accepted. 
It was during the
Passover celebration that Jesus broke what was known as the bread of
affliction. And so two thousand years ago, Christ told his disciples, don’t
forget me, don’t forget the sacrifice that I made, don’t forget what I’ve done
for you, whenever you do this remember me and what I’ve done. 
BREAD the same night that he was betrayed, he took
bread and gave thanks saying “Blessed are you, O
Lord, our God, King of the universe who brings forth bread from the earth”
After he had given
thanks he broke the bread and gave it to his disciples saying, “This is my body which I’ve surrendered for you, eat
and remember what I’ve done for you” 
Distribute Elements.
Let us remember the
body of our Lord Jesus Christ that he gave up for each one of us.   It was through his sacrifice that we have
eternal life.  Take and eat with
thanksgiving for what he has done for you.  
But it wasn’t just the
bread in the Passover feast that Jesus offered up that night, if we keep
reading we discover in   1
Corinthians 11:25
 In the same way, he took the cup of wine
after supper, saying, “This cup is the new covenant
between God and his people—an agreement confirmed with my blood. Do this to
remember me as often as you drink it.”
Not only are we to remember the bad, We Are Called to Remember the Good.  When the people of Israel celebrated the
Passover they were first called on to remember why God rescued them but more
important the entire feast was to celebrate the fact that God had rescued them.
The feast was called the Passover for a
reason. At the end of the plagues that visited the Egyptians when they wouldn’t
permit the people of Israel to leave we are told that the angel of death came
upon the country and the first born of their flocks and herds and families
died.   But the Israelites were to mark
their homes with the blood of a sacrificed lamb and the Angel of Death passed
over their homes.
So while the Passover began with the memory
of their slavery it ended with the story of their deliverance.  Of the promise being fulfilled.
When we pause to eat the bread in the
communion celebration we are taking the time to remember the sacrifice that
Jesus made for us.  We must never forget
the price that was paid.
But then Jesus tells the Apostles that the
wine was to remind them of his blood, and just as the people of Israel were
saved and delivered because of the blood of the Passover lamb that the blood of
Christ would save us.  
We are reminded in Colossians 1:19-20  For God in all his fullness was
pleased to live in Christ,  and through him God reconciled everything to
himself. He made peace with everything in heaven and on earth by means of
Christ’s blood on the cross.
And again in Romans
5:9
 And since we have been made right
in God’s sight by the blood of Christ, he will certainly save us from God’s
condemnation.
We need to remember that Jesus gave his
life for us, but we must never forget that our salvation was sealed with his
blood.  And when we drink from the cup we
are remembering the miracle of the new birth, the touch of grace and the gift
of forgiveness. 
We are reminded in 1 John 1:7  . . . the blood of Jesus, his
Son, cleanses us from all sin.
When we pause to remember later in the
service and again on Friday, we can’t forget the sacrifices that were made, the
lives that were lost, but we need to remember why they gave their lives.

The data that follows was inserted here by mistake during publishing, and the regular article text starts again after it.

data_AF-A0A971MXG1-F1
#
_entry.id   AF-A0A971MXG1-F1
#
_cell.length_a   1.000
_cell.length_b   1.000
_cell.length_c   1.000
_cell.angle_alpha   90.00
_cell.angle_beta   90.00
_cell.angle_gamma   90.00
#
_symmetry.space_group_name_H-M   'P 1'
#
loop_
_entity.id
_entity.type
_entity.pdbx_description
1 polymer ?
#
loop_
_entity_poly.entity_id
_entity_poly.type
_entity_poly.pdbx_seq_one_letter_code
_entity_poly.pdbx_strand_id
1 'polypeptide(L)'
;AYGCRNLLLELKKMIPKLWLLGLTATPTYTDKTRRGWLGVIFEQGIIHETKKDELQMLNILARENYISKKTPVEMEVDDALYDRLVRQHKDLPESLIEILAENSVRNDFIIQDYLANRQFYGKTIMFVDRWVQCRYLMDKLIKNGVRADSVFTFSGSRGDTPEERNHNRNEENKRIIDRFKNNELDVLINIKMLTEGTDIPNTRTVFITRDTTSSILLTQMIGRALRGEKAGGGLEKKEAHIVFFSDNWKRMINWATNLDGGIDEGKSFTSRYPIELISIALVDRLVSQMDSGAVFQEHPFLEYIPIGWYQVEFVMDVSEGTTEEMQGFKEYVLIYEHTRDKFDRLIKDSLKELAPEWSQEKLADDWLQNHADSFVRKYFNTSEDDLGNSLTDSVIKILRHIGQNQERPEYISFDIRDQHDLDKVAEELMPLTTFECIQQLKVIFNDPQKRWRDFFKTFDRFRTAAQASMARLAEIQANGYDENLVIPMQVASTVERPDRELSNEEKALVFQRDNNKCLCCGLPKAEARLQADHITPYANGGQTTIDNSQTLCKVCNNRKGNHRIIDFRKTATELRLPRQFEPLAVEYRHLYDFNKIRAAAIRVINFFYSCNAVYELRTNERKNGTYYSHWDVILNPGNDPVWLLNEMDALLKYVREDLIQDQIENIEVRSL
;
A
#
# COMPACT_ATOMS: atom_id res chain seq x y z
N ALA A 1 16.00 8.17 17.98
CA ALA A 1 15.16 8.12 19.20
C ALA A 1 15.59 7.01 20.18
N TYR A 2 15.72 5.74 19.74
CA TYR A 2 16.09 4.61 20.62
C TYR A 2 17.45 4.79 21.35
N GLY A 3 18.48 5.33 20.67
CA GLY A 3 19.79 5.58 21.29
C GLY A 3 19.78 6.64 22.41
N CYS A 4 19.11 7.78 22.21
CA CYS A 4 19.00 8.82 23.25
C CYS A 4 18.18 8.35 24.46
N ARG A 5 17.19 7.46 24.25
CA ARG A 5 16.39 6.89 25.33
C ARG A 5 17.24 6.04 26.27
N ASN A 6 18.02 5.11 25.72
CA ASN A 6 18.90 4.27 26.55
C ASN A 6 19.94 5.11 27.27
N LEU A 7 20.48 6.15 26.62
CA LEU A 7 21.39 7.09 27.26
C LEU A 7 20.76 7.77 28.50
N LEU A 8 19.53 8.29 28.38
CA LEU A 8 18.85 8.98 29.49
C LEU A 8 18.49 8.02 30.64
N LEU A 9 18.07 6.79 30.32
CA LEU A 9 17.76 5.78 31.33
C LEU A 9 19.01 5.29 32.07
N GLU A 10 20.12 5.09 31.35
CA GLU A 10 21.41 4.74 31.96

Sometimes I get a little cranky at how few
people actually take the time to go to a cenotaph on Remembrance Day.  Seriously people, it’s an hour on a day you
are getting paid to remember. 
But that’s one of the freedoms that our
vets fought and died for, so we could decide for ourselves things like that,
that we wouldn’t live under a totalitarian government who would force us to
attend their functions.   And if you want
to rake your lawn at the 11 hour of the 11th day of the 11th
month.  You can.
So let’s take a few moments and remember
what Christ did for us through the shedding of his blood, he forgave us, he
saved us.  He did for us what we couldn’t
do for ourselves.
CUP    It was after the meal that he took a
cup of wine and gave thanks saying “Blessed are
you, O Lord, our God, King of the universe, who created the fruit of the vine.”
And after giving
thanks he gave it to them, saying “This cup
represents the new covenant of my blood. 
Whenever you drink it, remember the cleansing power that my blood has
had in your life.” 
Elements are passed
As we drink let us
remember the blood of the lord Jesus that was shed for you, and for your
eternal salvation.  Whenever you drink it
remember that he shed it for you and be thankful.
But when we remember we not only remember
the past, and we not only remember the present, but we look ahead to the
future. 
1
Corinthians 11:26
 For every time you eat this bread and
drink this cup, you are announcing the Lord’s death until he comes again.
We
Are Called to Remember the Promise
In the Passover Feast  the meal is ended with a prayer that the
night’s service be accepted by God. And then they speak the words “Next year in
Jerusalem!” Which is the hope for the Messiah to come and for the glory of
Jerusalem to be restored.
Communion for us is the acknowledgment that
the Messiah has come but more than that, Jesus tells us to remember that he
will come again.  The reminder that
whatever happens, that we’ve read the end of the book and we win. 
On Friday I will take part in our community
remembrance day ceremony at our new cenotaph and I will read the words of Isaiah
2:4
 The LORD will
mediate between nations and will settle international
disputes. They will hammer their swords into
plowshares and their spears into pruning hooks.
Nation will no longer fight against nation, nor train for war anymore.
Are you seeing the pattern?  Because that promise won’t be fulfilled until
Christ returns. 
And so we close with the words of the
Apostle John that he wrote in the last verses of the last chapter of the last book
of the bible.
Revelation
22:20-21
 He
who is the faithful witness to all these things says, “Yes, I am coming soon!”
Amen! Come, Lord Jesus!  May the grace of the Lord Jesus be with God’s
holy people.